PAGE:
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Old 01-19-2023, 09:33 AM   #21
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Originally Posted by rossvtaylor View Post
It's too late to add an edit, with addition information in my previous post. But I looked up that Grape Solar charge controller, as I'm not familiar with it. The load/output terminals are rated for 20A. It appears that he used that to power a 2000W inverter. 2000W/12V=166.6666666666666666666666666666666 amperes. Despite my extreme depth of precision here, I'm not that good with math. But I think that's bigger than 20A.
Agreed on all points, crankypants :-')

To your point, while it's physically possible to connect a 5,000 watt inverter to load terminals rated for 20 amps, even with a steady 20 amps of solar any actual inverter load over about fifteen amps will make the inverter beep, or worse.

I haven't watched the video. Sounds like they were shooting for sound advice on charging options, with some pretty shaky execution.

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Old 01-19-2023, 01:43 PM   #22
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Originally Posted by rossvtaylor View Post
Please, don't follow that plan. I just started watching and gave up at the 5 minute mark when he bragged about using 8 gauge wire out of the charge controller. He said the incoming wires from the solar array are 10 gauge so he could use 10 gauge on the output, but he wanted to be safe (and didn't have enough #10) so he used 8 AWG. He clearly doesn't realize that the voltage on the input is anywhere from 35-120 volts but it's 12V on the output. #10 would not have worked, so I'm glad he didn't have any more. #8 would be fine, with a 3% voltage drop, for a 6-foot run...but he'd need larger cable for anything longer.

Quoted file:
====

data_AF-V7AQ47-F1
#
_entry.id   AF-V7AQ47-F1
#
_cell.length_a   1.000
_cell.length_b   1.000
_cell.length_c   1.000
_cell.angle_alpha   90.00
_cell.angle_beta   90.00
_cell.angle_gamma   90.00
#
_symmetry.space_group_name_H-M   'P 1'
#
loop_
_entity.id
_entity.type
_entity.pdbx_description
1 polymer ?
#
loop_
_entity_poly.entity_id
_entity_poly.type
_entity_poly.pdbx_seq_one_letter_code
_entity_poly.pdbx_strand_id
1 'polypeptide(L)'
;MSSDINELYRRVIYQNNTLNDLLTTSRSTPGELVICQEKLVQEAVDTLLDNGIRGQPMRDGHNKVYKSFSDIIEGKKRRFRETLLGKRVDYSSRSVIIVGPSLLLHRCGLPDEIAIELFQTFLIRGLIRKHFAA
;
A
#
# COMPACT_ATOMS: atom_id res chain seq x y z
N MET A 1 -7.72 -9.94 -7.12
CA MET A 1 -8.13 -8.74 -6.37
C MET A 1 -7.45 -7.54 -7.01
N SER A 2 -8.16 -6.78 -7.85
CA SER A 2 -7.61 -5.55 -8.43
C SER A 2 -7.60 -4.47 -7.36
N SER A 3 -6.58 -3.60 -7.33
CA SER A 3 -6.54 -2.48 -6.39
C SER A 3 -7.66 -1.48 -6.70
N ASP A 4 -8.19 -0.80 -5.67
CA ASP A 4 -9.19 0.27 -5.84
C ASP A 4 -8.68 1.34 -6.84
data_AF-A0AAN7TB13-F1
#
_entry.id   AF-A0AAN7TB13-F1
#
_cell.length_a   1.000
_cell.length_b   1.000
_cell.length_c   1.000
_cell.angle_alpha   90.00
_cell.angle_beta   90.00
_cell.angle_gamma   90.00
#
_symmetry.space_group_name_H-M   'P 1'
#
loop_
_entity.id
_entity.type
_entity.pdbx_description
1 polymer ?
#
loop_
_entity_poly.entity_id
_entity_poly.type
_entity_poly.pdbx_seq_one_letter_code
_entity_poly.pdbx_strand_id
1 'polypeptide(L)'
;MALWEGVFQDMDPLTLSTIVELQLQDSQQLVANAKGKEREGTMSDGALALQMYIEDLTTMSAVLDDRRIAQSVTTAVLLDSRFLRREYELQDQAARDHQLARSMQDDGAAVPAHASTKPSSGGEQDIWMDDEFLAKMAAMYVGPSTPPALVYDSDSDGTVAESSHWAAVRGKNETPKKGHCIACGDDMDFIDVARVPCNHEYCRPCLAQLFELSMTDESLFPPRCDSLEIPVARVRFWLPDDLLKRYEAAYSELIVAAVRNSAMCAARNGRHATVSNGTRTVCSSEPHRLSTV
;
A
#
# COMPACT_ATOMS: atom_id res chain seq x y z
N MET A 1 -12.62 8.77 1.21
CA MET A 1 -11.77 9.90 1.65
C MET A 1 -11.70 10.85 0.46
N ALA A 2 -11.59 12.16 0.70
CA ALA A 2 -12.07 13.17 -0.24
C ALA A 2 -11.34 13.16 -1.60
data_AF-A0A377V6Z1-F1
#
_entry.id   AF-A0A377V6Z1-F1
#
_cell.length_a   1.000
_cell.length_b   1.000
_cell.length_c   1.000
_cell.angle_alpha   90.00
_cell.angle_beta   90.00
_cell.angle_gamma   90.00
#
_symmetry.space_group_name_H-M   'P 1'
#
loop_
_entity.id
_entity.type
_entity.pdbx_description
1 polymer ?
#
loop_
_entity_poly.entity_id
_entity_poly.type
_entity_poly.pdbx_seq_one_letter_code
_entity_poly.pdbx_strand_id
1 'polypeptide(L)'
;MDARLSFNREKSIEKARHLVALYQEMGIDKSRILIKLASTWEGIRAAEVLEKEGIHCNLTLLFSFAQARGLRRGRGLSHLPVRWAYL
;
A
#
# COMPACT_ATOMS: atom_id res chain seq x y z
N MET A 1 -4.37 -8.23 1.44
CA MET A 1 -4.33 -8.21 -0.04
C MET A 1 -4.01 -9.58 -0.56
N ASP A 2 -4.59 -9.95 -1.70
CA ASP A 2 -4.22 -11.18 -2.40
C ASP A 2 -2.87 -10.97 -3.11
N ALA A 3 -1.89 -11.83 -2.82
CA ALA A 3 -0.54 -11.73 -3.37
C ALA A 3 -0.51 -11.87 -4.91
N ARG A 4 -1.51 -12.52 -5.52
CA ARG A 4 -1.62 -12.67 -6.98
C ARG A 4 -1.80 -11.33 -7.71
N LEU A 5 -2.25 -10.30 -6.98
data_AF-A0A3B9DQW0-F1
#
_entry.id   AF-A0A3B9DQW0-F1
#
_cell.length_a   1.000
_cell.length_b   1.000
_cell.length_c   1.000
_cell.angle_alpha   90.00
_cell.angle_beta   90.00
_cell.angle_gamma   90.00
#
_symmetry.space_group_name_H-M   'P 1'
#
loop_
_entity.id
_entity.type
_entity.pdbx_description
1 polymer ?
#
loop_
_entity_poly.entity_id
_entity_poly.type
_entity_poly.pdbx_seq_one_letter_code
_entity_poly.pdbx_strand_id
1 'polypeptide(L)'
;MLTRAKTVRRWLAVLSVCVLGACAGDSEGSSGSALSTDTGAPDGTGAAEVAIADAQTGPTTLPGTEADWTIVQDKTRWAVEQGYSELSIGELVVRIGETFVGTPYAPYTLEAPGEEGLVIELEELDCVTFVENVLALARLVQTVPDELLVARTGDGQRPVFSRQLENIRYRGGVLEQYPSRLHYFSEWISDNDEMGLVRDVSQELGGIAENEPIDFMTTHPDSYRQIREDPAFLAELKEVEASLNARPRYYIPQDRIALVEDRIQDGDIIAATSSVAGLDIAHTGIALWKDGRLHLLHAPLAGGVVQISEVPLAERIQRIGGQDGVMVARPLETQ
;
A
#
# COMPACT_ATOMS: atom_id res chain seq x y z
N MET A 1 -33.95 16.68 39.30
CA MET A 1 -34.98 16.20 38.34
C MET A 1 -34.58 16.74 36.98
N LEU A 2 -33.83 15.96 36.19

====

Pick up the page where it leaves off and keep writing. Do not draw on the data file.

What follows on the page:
I started to doubt him when I saw that he laid the flooring first and screwed things down to it. He, or the buyer, is going to be mighty sad when that buckles or gaps...

Okay, I had to watch more.

When he describes using #4 wire to run back from the DC>DC charger, I'm guessing that's about 20 feet and he'd need a #2 for that with a 3% loss.

And...I watched the rest...

Perhaps I was a bit harsh at first, but seeing folks demonstrate wiring when they don't show a clear understanding of the design considerations bugs me.

I do like (and am a promoter of) the simple "charger as shore power" design. And he makes good points, with which I agree, about using 12VDC as much as possible and turning off the inverter when not needed.

But he does or says lots of things I disagree with. First, the execution of his system...I see no disconnects. And, true, a fridge only runs for a fraction of the day...but certainly not 2 minutes a day. And why are the USB charger plugs in the AC power strips, which require keeping the inverter on just to charge a phone? Put those on the 12VDC circuit.

And, finally. It sure looks like he describes connecting the inverter to the load terminals on the charge controller. I believe that is what he advocated and it looks like that's what he did. This is not recommended. Here's one manufacturer's comments on the charge controller load terminals: